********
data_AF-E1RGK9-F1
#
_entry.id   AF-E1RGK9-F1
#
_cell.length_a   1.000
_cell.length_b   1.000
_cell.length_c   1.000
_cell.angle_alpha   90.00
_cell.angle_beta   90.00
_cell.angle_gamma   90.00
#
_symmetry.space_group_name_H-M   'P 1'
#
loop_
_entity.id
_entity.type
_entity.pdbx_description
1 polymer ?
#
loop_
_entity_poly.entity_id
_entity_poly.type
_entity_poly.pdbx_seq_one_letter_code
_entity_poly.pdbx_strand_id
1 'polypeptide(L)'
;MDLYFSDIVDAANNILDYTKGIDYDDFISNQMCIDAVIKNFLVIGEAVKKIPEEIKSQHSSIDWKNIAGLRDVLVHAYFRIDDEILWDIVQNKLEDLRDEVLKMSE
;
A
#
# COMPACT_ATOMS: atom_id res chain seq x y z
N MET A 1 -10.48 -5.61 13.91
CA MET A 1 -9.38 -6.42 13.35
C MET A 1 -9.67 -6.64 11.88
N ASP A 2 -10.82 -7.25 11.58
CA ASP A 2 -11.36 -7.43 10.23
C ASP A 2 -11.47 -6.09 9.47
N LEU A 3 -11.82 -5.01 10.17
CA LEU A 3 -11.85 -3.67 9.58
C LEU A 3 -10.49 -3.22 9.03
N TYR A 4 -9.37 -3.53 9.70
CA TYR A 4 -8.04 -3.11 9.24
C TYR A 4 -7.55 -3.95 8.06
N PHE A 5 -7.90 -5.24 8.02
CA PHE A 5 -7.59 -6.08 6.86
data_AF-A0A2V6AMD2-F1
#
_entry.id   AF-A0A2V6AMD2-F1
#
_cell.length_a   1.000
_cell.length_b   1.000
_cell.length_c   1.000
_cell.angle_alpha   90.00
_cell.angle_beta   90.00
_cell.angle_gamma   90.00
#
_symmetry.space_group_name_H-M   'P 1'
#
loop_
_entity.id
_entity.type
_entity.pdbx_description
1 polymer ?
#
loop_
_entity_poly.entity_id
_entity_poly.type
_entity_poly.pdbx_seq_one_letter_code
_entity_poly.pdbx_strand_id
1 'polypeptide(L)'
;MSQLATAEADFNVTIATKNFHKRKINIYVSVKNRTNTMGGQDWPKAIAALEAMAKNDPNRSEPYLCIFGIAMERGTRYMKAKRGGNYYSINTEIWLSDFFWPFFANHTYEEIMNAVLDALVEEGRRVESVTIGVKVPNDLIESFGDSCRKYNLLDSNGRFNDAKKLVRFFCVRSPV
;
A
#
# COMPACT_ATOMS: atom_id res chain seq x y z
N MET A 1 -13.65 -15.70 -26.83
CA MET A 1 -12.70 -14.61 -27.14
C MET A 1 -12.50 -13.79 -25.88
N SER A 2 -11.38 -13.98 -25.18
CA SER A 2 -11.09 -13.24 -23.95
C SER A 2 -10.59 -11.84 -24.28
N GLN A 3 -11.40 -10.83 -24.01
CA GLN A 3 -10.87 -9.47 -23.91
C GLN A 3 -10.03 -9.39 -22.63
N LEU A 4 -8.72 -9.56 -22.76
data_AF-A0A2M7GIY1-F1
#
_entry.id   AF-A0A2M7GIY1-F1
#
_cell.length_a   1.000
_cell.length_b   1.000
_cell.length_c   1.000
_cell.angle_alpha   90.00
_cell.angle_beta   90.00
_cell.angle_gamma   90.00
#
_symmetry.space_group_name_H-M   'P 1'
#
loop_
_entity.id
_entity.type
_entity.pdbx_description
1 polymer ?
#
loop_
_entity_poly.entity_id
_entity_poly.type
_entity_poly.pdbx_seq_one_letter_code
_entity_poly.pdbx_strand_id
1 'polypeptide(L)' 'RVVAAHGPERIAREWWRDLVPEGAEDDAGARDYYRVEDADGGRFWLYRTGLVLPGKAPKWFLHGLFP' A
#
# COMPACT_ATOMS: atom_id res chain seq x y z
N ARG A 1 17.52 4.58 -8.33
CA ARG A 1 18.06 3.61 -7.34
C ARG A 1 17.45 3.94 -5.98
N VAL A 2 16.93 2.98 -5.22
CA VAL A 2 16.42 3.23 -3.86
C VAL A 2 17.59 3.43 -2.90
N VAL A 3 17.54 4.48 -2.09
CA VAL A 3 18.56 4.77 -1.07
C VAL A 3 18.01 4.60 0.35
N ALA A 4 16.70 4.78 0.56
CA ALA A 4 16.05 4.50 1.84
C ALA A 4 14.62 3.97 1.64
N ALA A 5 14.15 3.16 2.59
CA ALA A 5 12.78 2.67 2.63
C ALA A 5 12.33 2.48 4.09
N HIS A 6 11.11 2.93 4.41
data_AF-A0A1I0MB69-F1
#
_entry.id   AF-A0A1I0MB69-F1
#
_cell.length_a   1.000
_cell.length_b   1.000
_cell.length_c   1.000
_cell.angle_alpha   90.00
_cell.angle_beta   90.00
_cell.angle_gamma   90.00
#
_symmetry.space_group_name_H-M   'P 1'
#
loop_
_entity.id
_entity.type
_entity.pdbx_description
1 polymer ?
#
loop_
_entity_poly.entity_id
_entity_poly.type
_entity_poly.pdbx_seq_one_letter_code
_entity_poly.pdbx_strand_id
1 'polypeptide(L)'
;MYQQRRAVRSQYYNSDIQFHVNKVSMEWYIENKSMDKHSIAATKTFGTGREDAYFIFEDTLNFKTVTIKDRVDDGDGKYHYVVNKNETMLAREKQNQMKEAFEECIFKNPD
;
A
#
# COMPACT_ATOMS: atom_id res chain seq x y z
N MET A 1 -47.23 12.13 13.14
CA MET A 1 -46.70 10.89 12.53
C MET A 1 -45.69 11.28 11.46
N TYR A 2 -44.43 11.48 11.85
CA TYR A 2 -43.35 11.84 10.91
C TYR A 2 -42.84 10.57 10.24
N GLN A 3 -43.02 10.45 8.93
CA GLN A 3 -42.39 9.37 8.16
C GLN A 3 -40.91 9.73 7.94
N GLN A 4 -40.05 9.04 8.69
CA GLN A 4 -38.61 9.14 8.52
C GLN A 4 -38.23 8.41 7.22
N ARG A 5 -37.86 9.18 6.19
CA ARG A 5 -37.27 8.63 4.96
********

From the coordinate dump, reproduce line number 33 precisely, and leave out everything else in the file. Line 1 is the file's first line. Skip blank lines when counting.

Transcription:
C MET A 1 -9.67 -6.64 11.88